There has been a lot of recent interest in cloaking and invisibility in the mathematics and science communities, and in fact physically plausible mechanisms have been proposed (some built) for cloaking an object against detection using a variety of electromagnetic methods. The ideas are very general, however, and should allow one to design cloaks that work against other forms of imaging. In this talk we examine the possibility of cloaking an object to make it invisible to an observer using thermal energy (heat) as the imaging tool.

**Ben Thompson, **Rose-Hulman Institute of Technology and Cornell College*Weighted wet foams: Decorating dry foams *

A dry foam consists of thin liquid walls separating gas cells like in soap suds. A wet foam is where the liquid in the cell walls pool at the intersections of cell walls. It is well understood how to ``decorate'' the intersection of a weightless dry foam to produce a weightless wet foam in its equilibrium state. This talk will concern how to decorate weighted foams, where the weight of the liquid is not negligible, and the weight of the liquid pooling at the intersection will play a role in the equilibrium structure of the foam.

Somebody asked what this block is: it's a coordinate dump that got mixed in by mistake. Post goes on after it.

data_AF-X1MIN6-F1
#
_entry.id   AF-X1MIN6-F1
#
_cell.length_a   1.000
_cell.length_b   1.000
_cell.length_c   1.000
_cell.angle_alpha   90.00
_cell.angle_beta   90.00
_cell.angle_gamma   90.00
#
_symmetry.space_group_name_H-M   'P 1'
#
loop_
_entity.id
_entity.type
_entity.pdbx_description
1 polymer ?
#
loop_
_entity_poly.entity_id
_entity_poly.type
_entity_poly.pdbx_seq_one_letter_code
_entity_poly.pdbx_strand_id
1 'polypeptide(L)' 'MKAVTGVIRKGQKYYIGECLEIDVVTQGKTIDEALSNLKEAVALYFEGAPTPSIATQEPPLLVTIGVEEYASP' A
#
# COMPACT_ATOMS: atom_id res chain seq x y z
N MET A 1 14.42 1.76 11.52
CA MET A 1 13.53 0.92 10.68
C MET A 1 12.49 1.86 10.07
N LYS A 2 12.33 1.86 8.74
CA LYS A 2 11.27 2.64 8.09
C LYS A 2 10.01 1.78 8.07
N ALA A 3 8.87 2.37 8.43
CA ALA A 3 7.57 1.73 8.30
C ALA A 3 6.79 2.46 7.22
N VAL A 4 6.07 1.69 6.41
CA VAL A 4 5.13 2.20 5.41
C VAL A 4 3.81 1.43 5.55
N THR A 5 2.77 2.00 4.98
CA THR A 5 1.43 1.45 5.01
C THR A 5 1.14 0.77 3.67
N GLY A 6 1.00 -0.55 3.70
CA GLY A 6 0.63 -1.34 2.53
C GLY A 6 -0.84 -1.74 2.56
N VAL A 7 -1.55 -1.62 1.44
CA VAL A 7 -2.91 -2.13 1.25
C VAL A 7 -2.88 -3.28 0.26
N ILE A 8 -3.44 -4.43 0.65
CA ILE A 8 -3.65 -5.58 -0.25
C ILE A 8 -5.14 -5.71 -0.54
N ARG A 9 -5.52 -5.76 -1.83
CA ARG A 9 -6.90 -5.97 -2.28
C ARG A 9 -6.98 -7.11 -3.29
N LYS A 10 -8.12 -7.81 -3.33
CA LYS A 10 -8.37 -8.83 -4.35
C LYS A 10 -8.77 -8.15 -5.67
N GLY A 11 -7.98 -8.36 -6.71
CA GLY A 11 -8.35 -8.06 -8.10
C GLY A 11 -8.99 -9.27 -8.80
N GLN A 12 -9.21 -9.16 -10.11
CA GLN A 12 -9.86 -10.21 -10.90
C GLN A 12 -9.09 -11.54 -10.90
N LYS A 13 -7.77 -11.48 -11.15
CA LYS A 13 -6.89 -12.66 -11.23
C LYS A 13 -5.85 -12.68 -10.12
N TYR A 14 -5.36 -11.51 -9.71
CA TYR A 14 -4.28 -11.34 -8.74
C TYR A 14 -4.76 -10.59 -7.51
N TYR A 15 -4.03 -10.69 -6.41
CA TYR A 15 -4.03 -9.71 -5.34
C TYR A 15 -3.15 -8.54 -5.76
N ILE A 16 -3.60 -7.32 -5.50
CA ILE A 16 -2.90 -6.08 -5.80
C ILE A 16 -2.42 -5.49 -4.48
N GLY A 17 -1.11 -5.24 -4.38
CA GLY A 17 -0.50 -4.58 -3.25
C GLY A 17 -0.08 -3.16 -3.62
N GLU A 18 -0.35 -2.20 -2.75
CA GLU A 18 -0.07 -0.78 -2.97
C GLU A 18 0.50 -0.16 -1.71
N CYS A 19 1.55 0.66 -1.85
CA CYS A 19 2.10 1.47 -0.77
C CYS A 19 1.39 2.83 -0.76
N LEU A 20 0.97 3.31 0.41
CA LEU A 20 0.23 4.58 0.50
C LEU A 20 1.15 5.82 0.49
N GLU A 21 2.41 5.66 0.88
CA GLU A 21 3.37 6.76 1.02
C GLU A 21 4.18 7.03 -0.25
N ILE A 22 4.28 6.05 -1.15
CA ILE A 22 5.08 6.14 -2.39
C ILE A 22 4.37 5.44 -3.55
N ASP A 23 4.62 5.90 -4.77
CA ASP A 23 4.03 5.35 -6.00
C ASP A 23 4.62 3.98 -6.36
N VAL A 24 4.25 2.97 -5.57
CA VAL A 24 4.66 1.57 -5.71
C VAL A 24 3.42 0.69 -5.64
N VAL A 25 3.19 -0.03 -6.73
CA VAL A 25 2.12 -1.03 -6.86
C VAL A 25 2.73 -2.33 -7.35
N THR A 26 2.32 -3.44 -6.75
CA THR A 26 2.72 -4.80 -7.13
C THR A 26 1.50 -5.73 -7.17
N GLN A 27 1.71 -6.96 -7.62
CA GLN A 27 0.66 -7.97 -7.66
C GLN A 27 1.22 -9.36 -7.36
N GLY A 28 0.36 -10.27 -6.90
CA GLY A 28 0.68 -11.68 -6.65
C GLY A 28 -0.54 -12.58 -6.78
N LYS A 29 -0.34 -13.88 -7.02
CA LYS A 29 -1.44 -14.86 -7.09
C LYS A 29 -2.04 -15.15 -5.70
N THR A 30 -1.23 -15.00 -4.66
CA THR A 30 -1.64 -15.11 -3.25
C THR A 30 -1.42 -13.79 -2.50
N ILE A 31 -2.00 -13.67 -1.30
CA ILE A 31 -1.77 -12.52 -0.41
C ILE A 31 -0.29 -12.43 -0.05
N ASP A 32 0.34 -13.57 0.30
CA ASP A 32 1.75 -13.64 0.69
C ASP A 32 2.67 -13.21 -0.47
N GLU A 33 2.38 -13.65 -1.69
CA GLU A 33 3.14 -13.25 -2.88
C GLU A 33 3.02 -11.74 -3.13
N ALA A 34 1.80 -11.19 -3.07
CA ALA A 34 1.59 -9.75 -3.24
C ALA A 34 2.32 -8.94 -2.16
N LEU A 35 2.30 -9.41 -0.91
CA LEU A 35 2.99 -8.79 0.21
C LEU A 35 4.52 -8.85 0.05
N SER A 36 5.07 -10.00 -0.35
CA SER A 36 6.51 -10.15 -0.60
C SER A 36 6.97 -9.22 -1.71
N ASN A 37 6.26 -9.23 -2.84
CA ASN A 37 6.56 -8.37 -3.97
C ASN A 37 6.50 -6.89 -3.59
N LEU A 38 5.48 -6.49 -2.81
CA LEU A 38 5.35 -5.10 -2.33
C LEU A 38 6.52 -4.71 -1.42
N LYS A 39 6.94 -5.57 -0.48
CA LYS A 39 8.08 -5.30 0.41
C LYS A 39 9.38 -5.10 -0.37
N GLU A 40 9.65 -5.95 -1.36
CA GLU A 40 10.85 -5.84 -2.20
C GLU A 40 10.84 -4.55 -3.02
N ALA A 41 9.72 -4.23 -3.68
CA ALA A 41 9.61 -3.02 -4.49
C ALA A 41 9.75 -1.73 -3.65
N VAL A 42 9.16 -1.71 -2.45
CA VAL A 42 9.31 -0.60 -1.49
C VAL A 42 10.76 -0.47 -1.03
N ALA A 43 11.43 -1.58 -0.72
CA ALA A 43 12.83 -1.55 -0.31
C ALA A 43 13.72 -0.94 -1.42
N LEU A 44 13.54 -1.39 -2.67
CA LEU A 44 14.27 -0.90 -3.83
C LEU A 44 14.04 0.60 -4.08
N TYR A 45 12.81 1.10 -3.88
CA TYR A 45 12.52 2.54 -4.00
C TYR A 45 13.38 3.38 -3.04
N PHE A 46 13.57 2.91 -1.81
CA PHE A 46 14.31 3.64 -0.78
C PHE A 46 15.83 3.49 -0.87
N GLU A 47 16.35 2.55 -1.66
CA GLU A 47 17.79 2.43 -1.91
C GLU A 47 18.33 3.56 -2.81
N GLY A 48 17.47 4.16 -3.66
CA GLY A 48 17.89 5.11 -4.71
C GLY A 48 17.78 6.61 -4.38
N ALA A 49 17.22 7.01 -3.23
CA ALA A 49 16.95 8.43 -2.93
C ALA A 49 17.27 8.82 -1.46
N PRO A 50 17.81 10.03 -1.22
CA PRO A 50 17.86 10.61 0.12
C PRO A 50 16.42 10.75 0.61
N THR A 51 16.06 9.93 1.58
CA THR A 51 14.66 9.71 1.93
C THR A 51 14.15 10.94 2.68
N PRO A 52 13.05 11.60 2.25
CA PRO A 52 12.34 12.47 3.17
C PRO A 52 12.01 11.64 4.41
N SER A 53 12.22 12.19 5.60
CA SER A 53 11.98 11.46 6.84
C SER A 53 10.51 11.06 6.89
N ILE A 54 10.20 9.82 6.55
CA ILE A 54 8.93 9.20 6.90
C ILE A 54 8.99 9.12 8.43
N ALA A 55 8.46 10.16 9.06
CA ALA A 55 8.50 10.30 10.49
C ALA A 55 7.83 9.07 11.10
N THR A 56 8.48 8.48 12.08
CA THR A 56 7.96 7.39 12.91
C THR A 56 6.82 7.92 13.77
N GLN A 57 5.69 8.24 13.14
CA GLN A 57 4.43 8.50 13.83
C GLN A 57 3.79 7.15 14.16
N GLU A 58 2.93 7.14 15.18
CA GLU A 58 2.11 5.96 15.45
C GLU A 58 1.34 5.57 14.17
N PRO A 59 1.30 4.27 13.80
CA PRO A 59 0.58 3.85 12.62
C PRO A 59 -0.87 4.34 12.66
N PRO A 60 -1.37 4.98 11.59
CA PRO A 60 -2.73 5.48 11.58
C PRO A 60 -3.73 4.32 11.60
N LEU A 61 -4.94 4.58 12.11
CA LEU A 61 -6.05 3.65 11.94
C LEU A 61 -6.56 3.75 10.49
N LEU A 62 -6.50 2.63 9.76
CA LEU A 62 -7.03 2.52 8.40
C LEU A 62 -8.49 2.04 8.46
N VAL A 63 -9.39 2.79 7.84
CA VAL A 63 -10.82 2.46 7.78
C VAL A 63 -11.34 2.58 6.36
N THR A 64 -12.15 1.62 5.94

**Alex Wood, **Rose-Hulman Institute of Technology and DePaul University*The square discrete exponentiation map *

The square discrete exponentiation map is a variation on a commonly seen problem in cryptographic algorithms. It maps numbers modulo a prime number p. This presentation focuses on understanding the underlying structure of the functional graphs generated by this map. Specifically, this talk focuses on explaining the in-degree of graphs of safe primes, which are primes of the form p=2q+1, where q is also prime.